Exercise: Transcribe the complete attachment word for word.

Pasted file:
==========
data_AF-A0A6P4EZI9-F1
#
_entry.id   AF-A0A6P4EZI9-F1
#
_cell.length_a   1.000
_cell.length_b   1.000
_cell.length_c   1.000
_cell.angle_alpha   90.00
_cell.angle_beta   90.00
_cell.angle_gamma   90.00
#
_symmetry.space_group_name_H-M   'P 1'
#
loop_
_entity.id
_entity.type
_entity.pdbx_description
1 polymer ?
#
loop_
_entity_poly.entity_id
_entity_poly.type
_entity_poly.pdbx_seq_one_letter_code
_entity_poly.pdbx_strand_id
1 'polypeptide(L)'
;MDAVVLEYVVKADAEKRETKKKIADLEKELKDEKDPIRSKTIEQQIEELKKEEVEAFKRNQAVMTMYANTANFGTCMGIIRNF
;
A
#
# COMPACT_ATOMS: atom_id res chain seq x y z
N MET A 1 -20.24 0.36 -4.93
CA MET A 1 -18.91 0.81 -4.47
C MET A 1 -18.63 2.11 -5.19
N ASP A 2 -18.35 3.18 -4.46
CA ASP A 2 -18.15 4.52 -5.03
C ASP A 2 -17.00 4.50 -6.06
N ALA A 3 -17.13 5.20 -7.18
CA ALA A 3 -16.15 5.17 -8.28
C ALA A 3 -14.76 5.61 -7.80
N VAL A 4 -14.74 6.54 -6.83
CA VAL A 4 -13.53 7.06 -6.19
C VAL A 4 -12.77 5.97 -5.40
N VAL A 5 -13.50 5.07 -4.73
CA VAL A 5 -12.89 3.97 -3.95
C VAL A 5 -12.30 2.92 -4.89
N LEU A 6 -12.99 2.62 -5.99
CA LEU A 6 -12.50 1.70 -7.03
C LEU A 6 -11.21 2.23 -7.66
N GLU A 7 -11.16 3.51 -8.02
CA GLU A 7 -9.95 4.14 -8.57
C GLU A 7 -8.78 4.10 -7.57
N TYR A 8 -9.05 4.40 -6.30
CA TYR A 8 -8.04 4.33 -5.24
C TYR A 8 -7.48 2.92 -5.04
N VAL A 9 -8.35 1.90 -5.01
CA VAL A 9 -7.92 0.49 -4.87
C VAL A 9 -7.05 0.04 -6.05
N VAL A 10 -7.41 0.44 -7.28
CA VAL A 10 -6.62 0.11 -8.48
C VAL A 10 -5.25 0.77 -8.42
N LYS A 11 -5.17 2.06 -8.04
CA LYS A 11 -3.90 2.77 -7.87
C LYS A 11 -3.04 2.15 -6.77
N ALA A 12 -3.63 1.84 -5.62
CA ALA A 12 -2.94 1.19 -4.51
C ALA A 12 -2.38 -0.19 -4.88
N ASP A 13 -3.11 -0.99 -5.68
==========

data_AF-A0A6P4EZI9-F1
#
_entry.id   AF-A0A6P4EZI9-F1
#
_cell.length_a   1.000
_cell.length_b   1.000
_cell.length_c   1.000
_cell.angle_alpha   90.00
_cell.angle_beta   90.00
_cell.angle_gamma   90.00
#
_symmetry.space_group_name_H-M   'P 1'
#
loop_
_entity.id
_entity.type
_entity.pdbx_description
1 polymer ?
#
loop_
_entity_poly.entity_id
_entity_poly.type
_entity_poly.pdbx_seq_one_letter_code
_entity_poly.pdbx_strand_id
1 'polypeptide(L)'
;MDAVVLEYVVKADAEKRETKKKIADLEKELKDEKDPIRSKTIEQQIEELKKEEVEAFKRNQAVMTMYANTANFGTCMGIIRNF
;
A
#
# COMPACT_ATOMS: atom_id res chain seq x y z
N MET A 1 -20.24 0.36 -4.93
CA MET A 1 -18.91 0.81 -4.47
C MET A 1 -18.63 2.11 -5.19
N ASP A 2 -18.35 3.18 -4.46
CA ASP A 2 -18.15 4.52 -5.03
C ASP A 2 -17.00 4.50 -6.06
N ALA A 3 -17.13 5.20 -7.18
CA ALA A 3 -16.15 5.17 -8.28
C ALA A 3 -14.76 5.61 -7.80
N VAL A 4 -14.74 6.54 -6.83
CA VAL A 4 -13.53 7.06 -6.19
C VAL A 4 -12.77 5.97 -5.40
N VAL A 5 -13.50 5.07 -4.73
CA VAL A 5 -12.89 3.97 -3.95
C VAL A 5 -12.30 2.92 -4.89
N LEU A 6 -12.99 2.62 -5.99
CA LEU A 6 -12.50 1.70 -7.03
C LEU A 6 -11.21 2.23 -7.66
N GLU A 7 -11.16 3.51 -8.02
CA GLU A 7 -9.95 4.14 -8.57
C GLU A 7 -8.78 4.10 -7.57
N TYR A 8 -9.05 4.40 -6.30
CA TYR A 8 -8.04 4.33 -5.24
C TYR A 8 -7.48 2.92 -5.04
N VAL A 9 -8.35 1.90 -5.01
CA VAL A 9 -7.92 0.49 -4.87
C VAL A 9 -7.05 0.04 -6.05
N VAL A 10 -7.41 0.44 -7.28
CA VAL A 10 -6.62 0.11 -8.48
C VAL A 10 -5.25 0.77 -8.42
N LYS A 11 -5.17 2.06 -8.04
CA LYS A 11 -3.90 2.77 -7.87
C LYS A 11 -3.04 2.15 -6.77
N ALA A 12 -3.63 1.84 -5.62
CA ALA A 12 -2.94 1.19 -4.51
C ALA A 12 -2.38 -0.19 -4.88
N ASP A 13 -3.11 -0.99 -5.68